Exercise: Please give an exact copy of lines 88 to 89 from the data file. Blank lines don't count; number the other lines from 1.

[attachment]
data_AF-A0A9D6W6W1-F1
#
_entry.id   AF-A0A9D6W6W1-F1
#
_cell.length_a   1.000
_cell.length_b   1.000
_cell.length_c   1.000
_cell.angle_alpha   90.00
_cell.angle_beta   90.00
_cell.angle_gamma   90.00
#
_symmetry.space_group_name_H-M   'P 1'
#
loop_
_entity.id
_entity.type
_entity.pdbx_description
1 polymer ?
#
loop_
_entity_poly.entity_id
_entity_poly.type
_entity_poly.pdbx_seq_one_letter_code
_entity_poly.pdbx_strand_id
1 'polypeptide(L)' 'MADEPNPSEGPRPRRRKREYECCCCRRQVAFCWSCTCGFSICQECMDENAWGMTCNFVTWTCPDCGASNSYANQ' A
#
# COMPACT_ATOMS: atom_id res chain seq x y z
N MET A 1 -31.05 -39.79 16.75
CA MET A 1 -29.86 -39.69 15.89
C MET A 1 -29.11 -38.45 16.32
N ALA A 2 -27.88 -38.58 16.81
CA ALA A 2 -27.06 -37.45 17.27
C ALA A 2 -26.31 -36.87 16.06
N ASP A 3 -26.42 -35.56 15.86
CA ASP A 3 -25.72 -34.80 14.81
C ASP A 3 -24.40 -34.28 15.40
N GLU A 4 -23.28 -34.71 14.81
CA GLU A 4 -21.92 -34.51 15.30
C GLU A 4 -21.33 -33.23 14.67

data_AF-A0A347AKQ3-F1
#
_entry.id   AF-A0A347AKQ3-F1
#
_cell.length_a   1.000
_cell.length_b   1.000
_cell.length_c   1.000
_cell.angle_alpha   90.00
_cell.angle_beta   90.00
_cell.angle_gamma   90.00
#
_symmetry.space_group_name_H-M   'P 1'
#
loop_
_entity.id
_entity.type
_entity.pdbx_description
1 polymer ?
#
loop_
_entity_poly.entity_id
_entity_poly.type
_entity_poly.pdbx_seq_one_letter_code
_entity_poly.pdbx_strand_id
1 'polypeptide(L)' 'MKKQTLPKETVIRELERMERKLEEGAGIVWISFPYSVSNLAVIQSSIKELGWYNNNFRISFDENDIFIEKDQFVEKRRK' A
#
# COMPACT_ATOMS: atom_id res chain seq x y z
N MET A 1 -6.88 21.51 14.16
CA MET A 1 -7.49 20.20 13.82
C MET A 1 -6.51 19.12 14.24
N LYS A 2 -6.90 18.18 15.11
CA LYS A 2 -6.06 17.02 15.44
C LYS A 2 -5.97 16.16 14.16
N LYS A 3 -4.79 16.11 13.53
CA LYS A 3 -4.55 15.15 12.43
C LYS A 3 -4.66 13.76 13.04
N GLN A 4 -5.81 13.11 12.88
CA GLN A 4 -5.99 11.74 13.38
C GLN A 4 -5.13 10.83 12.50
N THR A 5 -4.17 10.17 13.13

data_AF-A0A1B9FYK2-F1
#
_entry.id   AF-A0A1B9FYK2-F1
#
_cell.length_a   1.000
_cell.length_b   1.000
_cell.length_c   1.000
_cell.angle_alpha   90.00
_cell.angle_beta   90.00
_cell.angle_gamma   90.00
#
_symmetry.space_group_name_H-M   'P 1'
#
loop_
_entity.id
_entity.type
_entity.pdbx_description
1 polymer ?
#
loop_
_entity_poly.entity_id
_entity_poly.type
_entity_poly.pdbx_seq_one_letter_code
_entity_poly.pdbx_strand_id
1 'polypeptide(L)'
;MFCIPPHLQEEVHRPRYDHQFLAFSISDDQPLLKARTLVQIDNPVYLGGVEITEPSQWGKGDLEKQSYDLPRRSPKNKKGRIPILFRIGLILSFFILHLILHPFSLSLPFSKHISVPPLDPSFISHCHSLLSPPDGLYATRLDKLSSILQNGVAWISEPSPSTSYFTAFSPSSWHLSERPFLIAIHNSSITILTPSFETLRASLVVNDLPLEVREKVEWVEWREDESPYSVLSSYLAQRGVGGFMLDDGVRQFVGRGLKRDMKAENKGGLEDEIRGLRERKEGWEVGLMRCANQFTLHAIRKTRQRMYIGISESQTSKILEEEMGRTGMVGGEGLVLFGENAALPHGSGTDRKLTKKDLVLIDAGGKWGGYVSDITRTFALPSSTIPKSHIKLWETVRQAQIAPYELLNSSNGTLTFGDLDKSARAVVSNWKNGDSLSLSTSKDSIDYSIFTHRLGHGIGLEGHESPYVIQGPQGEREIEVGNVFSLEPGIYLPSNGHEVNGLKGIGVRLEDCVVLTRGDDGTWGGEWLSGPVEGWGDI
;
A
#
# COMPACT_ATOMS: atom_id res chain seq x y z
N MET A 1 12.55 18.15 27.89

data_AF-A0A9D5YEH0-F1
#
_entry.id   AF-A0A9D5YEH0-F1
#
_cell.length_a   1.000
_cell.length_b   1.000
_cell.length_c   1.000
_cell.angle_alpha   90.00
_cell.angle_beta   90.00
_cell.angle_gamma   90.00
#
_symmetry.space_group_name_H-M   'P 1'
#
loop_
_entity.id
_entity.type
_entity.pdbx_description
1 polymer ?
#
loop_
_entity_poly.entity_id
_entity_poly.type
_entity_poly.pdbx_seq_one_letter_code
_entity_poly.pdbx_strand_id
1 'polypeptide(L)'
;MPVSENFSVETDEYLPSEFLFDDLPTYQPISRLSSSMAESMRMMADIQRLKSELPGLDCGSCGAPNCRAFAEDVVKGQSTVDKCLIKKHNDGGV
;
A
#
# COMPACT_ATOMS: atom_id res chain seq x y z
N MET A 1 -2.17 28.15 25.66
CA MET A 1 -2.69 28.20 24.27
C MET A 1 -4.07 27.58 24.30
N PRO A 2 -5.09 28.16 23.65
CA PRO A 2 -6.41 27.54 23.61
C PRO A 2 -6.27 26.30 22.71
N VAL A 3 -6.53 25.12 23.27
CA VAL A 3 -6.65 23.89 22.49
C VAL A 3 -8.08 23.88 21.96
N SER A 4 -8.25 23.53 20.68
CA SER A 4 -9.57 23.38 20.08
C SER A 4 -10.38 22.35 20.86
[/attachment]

_cell.angle_beta   90.00
_cell.angle_gamma   90.00